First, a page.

It was hard to say goodbye to Ralph (the cutest dog in Saltburn) and to Yorkshire, but it was time for my last day in England – at least I thought it would be my last one… and I had chosen Newcastle upon Tyne as my last English stop.
Newcastle developed around a Roman settlement, known as Pons Aelius, founded in the 2nd century and was named after the castle built in 1080. In the 14th century, Newcastle became an important player in the wool trade and later on became a major coal mining area.
For me it was just a short walk from the train station to my hotel in the middle of the city, ready to go explore! Right around the corner was Newcastle Cathedral, filled with stunning coloured glass windows.
Cathedral Church of St Nicholas
Founded in 1091 at the same time as the castle, the original Norman church was destroyed by fire in 1216. The current cathedral was completed in 1350.
The cathedral is notable for its unusual lantern spire, which was constructed in 1448. For hundreds of years, it was a main navigation point for ships using the River Tyne. (Wikipedia)
The Castle in Newcastle
Right next to the cathedral is the Castle of Newcastle, founded in 1091 on the site of the Roman fort Pons Aelius, guarding the bridge of the River Tyre.
The Black Gate was added by Henry III between 1247 and 1250, a fortified gatehouse. Later on, houses were added on both sides of the passageway, part of the building became a pub. But at the beginning of the nineteenth century, the Black Gate had become a slum tenement, housing up to sixty people.
Today it houses the ticket office and a tiny museum. Both the Black Gate and Castle Keep underwent restoration works and were reopened in 2015 as Newcastle Castle.
The entrance to Castle Keep itself is on the other side of the railway tracks.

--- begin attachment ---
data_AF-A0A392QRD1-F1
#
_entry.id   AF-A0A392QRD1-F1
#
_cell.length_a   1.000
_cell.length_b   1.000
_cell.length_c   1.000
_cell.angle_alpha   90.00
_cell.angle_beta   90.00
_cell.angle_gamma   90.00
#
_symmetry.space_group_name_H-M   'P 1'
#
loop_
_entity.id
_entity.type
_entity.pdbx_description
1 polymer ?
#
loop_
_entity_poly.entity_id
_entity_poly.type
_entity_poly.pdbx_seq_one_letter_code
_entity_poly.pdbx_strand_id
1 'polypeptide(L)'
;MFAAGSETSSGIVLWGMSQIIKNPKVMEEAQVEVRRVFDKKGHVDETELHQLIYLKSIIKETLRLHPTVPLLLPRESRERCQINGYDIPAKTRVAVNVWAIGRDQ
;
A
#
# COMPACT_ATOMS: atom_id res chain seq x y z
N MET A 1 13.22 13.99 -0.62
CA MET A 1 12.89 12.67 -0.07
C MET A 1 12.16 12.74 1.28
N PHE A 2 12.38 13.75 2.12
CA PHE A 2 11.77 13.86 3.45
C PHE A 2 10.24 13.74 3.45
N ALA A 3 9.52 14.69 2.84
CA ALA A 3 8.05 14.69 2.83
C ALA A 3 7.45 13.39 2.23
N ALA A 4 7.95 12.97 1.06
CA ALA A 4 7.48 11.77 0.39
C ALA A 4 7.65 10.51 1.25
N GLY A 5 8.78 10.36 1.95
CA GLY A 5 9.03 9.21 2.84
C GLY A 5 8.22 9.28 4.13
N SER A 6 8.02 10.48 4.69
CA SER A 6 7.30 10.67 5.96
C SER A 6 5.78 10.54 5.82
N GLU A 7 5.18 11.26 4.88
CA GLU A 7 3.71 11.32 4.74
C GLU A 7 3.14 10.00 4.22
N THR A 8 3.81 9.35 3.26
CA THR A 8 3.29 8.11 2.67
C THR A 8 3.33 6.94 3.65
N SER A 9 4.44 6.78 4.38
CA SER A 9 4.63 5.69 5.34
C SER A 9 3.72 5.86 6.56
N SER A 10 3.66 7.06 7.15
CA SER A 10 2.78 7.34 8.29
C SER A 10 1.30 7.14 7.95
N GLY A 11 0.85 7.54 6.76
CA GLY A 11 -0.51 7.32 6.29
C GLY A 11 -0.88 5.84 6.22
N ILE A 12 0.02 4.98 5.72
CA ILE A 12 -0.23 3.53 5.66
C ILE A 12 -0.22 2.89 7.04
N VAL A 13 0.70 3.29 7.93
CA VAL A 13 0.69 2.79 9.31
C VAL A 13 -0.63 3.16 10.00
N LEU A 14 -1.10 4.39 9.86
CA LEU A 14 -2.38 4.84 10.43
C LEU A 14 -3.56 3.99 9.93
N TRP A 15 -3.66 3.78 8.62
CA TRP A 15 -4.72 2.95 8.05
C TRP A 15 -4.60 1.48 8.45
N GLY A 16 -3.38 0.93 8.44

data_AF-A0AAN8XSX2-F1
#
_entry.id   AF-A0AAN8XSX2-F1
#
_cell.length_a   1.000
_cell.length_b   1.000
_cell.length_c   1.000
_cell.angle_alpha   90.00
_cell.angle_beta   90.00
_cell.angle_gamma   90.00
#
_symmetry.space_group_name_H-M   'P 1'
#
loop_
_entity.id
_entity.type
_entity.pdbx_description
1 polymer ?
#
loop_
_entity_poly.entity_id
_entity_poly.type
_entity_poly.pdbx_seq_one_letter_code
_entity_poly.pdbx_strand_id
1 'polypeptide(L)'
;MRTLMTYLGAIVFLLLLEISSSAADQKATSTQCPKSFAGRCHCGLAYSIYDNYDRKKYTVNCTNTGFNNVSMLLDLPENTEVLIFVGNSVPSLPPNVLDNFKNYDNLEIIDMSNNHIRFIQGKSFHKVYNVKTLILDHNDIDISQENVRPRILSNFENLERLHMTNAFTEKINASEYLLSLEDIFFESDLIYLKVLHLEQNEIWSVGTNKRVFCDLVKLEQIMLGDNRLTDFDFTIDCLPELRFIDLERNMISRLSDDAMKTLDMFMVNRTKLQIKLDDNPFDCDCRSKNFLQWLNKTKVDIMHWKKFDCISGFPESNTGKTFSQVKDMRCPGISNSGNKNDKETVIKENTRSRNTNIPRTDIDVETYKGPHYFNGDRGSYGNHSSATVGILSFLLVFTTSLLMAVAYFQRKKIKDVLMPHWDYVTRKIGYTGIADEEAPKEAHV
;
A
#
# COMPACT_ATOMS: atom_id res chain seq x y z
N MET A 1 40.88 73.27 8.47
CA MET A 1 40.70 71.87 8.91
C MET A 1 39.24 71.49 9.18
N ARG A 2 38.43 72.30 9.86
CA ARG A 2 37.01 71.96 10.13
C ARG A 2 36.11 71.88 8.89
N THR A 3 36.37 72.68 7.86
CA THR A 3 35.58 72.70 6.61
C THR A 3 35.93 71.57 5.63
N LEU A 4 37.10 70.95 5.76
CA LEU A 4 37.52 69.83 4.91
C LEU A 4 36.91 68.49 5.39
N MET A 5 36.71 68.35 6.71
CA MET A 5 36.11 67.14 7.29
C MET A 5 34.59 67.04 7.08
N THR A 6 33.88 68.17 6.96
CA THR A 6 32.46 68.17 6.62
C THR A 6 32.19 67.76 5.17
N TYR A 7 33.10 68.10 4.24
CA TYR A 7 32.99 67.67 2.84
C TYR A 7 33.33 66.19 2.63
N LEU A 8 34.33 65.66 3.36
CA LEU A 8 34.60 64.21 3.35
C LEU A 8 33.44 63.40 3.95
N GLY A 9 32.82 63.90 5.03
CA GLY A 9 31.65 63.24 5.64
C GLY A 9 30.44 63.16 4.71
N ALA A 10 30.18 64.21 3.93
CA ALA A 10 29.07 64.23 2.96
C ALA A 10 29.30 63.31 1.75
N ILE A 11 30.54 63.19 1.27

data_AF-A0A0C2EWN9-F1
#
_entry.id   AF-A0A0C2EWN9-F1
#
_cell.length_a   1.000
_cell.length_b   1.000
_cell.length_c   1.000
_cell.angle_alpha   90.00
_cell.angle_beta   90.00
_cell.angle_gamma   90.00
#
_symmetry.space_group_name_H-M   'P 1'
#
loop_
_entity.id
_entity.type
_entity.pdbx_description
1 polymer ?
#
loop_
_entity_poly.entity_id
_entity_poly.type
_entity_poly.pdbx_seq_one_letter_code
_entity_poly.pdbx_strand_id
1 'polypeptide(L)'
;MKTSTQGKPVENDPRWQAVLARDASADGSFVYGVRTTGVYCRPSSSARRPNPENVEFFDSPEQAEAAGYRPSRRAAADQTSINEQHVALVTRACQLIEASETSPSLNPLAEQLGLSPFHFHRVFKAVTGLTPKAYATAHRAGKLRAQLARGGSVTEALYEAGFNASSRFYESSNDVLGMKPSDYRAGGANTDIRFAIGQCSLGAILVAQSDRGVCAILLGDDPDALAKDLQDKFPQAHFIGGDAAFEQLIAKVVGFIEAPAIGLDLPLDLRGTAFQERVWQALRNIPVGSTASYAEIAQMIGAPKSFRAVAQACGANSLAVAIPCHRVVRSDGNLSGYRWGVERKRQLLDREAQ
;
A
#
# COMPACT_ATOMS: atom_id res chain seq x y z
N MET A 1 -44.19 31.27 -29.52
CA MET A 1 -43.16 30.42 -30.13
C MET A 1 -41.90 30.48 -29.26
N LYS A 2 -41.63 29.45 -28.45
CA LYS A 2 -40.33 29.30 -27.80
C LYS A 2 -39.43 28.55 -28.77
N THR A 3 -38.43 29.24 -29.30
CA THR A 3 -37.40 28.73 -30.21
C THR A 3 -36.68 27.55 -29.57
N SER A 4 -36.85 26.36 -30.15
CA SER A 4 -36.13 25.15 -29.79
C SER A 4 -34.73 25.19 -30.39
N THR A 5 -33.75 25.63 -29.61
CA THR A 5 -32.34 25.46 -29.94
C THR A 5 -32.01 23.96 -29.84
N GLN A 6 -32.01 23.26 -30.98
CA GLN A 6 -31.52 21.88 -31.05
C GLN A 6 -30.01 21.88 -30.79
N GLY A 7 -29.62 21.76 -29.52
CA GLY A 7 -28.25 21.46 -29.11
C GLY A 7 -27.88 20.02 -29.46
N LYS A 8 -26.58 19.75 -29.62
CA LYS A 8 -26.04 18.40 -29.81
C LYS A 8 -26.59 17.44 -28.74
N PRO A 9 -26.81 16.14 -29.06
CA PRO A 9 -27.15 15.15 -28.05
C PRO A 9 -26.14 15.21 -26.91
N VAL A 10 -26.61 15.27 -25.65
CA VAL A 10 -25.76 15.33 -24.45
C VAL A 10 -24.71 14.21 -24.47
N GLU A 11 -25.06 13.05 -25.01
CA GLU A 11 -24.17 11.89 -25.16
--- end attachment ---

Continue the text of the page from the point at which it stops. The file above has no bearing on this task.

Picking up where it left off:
Inside there is a big hall, some living areas and more but the real interesting part for me was climbing up the stairs to the rooftop and enjoying the view over Newcastle from up there!
Back downstairs I continued my walk through Newcastle towards the Quai, with a short break at Side Gallery to visit an amazing photo exhibition.
Quayside High Level Bridge
The Quayside High Level Bridge, designed by Robert Stephenson, was built across the Tyne in 1849, joining Newcastle and Gateshead to carry road and rail traffic. This was followed in 1876 by the Swing Bridge which was built and designed by William Armstrong to allow larger ships to pass either side. Both of these bridges pre-date the iconic Tyne Bridge but allowed Newcastle’s trade and ship-building industries to flourish in the latter part of the 18th century. (Newcastle Gateshead)
There are many more bridges over River Tyne today…
After a short walk along the river, I made my way back up into the city centre, towards the Victorian Market. Many of the buildings in the city were built during the Victorian era after builder Richard Grainger won a competition to produce a new city plan for central Newcastle.
Newcastle´s Chinatown lies next to the shopping district within the historic centre on land that was once part of Blackfriars monastery. The very first Chinese restaurant opened here in 1949 and was later followed by a Chinese supermarket and many other businesses. Some of them looked like casinos.
These remains of Newcastle city walls are the boundary of the district on the northeast side.